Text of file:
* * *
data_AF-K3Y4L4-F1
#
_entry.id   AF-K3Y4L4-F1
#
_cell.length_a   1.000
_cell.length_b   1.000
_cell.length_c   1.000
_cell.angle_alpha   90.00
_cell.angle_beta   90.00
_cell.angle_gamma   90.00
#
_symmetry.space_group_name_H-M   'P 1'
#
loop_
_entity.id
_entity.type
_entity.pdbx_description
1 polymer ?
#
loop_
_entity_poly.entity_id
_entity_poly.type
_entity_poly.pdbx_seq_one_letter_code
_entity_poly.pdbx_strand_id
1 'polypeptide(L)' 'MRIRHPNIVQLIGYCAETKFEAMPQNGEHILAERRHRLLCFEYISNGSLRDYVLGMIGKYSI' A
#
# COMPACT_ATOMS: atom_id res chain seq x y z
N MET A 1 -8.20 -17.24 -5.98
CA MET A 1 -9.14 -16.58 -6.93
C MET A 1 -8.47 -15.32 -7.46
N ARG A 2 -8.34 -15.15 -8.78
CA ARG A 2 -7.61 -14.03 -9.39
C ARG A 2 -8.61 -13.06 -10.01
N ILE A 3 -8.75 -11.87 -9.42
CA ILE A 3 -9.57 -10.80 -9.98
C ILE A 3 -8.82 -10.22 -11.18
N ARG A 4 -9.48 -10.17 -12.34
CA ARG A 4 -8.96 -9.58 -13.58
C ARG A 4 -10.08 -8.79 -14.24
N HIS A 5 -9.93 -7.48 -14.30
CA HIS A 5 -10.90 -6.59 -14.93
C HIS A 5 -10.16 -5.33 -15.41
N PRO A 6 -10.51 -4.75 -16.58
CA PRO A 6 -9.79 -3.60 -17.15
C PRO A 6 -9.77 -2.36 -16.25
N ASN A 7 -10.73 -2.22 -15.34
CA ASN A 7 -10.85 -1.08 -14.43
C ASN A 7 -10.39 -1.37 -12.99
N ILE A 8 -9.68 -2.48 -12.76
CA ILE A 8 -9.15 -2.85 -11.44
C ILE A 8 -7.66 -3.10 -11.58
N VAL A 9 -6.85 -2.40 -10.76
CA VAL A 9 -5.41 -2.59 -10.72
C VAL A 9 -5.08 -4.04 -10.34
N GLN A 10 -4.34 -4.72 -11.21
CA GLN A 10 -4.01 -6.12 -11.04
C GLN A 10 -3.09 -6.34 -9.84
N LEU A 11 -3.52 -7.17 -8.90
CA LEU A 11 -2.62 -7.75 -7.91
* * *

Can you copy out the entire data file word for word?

data_AF-K3Y4L4-F1
#
_entry.id   AF-K3Y4L4-F1
#
_cell.length_a   1.000
_cell.length_b   1.000
_cell.length_c   1.000
_cell.angle_alpha   90.00
_cell.angle_beta   90.00
_cell.angle_gamma   90.00
#
_symmetry.space_group_name_H-M   'P 1'
#
loop_
_entity.id
_entity.type
_entity.pdbx_description
1 polymer ?
#
loop_
_entity_poly.entity_id
_entity_poly.type
_entity_poly.pdbx_seq_one_letter_code
_entity_poly.pdbx_strand_id
1 'polypeptide(L)' 'MRIRHPNIVQLIGYCAETKFEAMPQNGEHILAERRHRLLCFEYISNGSLRDYVLGMIGKYSI' A
#
# COMPACT_ATOMS: atom_id res chain seq x y z
N MET A 1 -8.20 -17.24 -5.98
CA MET A 1 -9.14 -16.58 -6.93
C MET A 1 -8.47 -15.32 -7.46
N ARG A 2 -8.34 -15.15 -8.78
CA ARG A 2 -7.61 -14.03 -9.39
C ARG A 2 -8.61 -13.06 -10.01
N ILE A 3 -8.75 -11.87 -9.42
CA ILE A 3 -9.57 -10.80 -9.98
C ILE A 3 -8.82 -10.22 -11.18
N ARG A 4 -9.48 -10.17 -12.34
CA ARG A 4 -8.96 -9.58 -13.58
C ARG A 4 -10.08 -8.79 -14.24
N HIS A 5 -9.93 -7.48 -14.30
CA HIS A 5 -10.90 -6.59 -14.93
C HIS A 5 -10.16 -5.33 -15.41
N PRO A 6 -10.51 -4.75 -16.58
CA PRO A 6 -9.79 -3.60 -17.15
C PRO A 6 -9.77 -2.36 -16.25
N ASN A 7 -10.73 -2.22 -15.34
CA ASN A 7 -10.85 -1.08 -14.43
C ASN A 7 -10.39 -1.37 -12.99
N ILE A 8 -9.68 -2.48 -12.76
CA ILE A 8 -9.15 -2.85 -11.44
C ILE A 8 -7.66 -3.10 -11.58
N VAL A 9 -6.85 -2.40 -10.76
CA VAL A 9 -5.41 -2.59 -10.72
C VAL A 9 -5.08 -4.04 -10.34
N GLN A 10 -4.34 -4.72 -11.21
CA GLN A 10 -4.01 -6.12 -11.04
C GLN A 10 -3.09 -6.34 -9.84
N LEU A 11 -3.52 -7.17 -8.90
CA LEU A 11 -2.62 -7.75 -7.91